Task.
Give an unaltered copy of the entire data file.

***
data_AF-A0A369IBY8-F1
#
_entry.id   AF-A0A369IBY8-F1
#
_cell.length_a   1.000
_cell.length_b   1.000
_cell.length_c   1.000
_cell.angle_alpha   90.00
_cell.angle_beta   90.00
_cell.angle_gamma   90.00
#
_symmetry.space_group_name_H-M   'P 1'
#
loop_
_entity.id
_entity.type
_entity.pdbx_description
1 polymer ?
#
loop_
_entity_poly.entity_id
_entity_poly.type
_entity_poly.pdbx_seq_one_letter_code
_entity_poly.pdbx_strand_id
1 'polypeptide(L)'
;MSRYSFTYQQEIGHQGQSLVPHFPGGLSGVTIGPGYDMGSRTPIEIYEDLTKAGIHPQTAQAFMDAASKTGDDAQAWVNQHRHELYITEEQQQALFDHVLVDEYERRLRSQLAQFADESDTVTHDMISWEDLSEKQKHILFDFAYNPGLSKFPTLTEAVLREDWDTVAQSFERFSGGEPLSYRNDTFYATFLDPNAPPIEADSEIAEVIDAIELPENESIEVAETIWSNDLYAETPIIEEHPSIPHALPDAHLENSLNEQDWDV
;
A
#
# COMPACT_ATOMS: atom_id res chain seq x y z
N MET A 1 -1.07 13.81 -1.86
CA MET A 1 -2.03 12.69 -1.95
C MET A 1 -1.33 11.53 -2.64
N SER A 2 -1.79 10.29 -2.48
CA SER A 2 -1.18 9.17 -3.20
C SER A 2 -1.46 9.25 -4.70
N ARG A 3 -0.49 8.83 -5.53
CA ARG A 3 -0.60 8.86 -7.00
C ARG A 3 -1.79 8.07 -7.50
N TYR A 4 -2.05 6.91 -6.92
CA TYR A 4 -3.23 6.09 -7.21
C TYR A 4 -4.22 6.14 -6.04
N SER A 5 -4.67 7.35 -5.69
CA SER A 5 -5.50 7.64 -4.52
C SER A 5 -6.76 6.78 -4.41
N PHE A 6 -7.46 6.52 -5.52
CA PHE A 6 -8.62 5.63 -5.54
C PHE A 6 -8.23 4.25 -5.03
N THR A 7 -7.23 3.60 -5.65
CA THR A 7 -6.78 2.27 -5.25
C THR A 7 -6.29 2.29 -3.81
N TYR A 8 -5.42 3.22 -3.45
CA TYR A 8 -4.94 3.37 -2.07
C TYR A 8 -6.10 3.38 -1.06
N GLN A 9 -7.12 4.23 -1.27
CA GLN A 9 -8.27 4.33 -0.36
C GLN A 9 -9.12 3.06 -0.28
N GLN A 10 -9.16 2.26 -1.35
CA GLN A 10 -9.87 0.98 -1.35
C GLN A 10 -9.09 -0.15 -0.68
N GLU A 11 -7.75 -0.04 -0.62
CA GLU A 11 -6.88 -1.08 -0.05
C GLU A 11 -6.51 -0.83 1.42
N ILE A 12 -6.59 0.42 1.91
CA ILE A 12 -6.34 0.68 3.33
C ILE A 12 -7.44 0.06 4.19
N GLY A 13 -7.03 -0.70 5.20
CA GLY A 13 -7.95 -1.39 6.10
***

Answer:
data_AF-A0A369IBY8-F1
#
_entry.id   AF-A0A369IBY8-F1
#
_cell.length_a   1.000
_cell.length_b   1.000
_cell.length_c   1.000
_cell.angle_alpha   90.00
_cell.angle_beta   90.00
_cell.angle_gamma   90.00
#
_symmetry.space_group_name_H-M   'P 1'
#
loop_
_entity.id
_entity.type
_entity.pdbx_description
1 polymer ?
#
loop_
_entity_poly.entity_id
_entity_poly.type
_entity_poly.pdbx_seq_one_letter_code
_entity_poly.pdbx_strand_id
1 'polypeptide(L)'
;MSRYSFTYQQEIGHQGQSLVPHFPGGLSGVTIGPGYDMGSRTPIEIYEDLTKAGIHPQTAQAFMDAASKTGDDAQAWVNQHRHELYITEEQQQALFDHVLVDEYERRLRSQLAQFADESDTVTHDMISWEDLSEKQKHILFDFAYNPGLSKFPTLTEAVLREDWDTVAQSFERFSGGEPLSYRNDTFYATFLDPNAPPIEADSEIAEVIDAIELPENESIEVAETIWSNDLYAETPIIEEHPSIPHALPDAHLENSLNEQDWDV
;
A
#
# COMPACT_ATOMS: atom_id res chain seq x y z
N MET A 1 -1.07 13.81 -1.86
CA MET A 1 -2.03 12.69 -1.95
C MET A 1 -1.33 11.53 -2.64
N SER A 2 -1.79 10.29 -2.48
CA SER A 2 -1.18 9.17 -3.20
C SER A 2 -1.46 9.25 -4.70
N ARG A 3 -0.49 8.83 -5.53
CA ARG A 3 -0.60 8.86 -7.00
C ARG A 3 -1.79 8.07 -7.50
N TYR A 4 -2.05 6.91 -6.92
CA TYR A 4 -3.23 6.09 -7.21
C TYR A 4 -4.22 6.14 -6.04
N SER A 5 -4.67 7.35 -5.69
CA SER A 5 -5.50 7.64 -4.52
C SER A 5 -6.76 6.78 -4.41
N PHE A 6 -7.46 6.52 -5.52
CA PHE A 6 -8.62 5.63 -5.54
C PHE A 6 -8.23 4.25 -5.03
N THR A 7 -7.23 3.60 -5.65
CA THR A 7 -6.78 2.27 -5.25
C THR A 7 -6.29 2.29 -3.81
N TYR A 8 -5.42 3.22 -3.45
CA TYR A 8 -4.94 3.37 -2.07
C TYR A 8 -6.10 3.38 -1.06
N GLN A 9 -7.12 4.23 -1.27
CA GLN A 9 -8.27 4.33 -0.36
C GLN A 9 -9.12 3.06 -0.28
N GLN A 10 -9.16 2.26 -1.35
CA GLN A 10 -9.87 0.98 -1.35
C GLN A 10 -9.09 -0.15 -0.68
N GLU A 11 -7.75 -0.04 -0.62
CA GLU A 11 -6.88 -1.08 -0.05
C GLU A 11 -6.51 -0.83 1.42
N ILE A 12 -6.59 0.42 1.91
CA ILE A 12 -6.34 0.68 3.33
C ILE A 12 -7.44 0.06 4.19
N GLY A 13 -7.03 -0.70 5.20
CA GLY A 13 -7.95 -1.39 6.10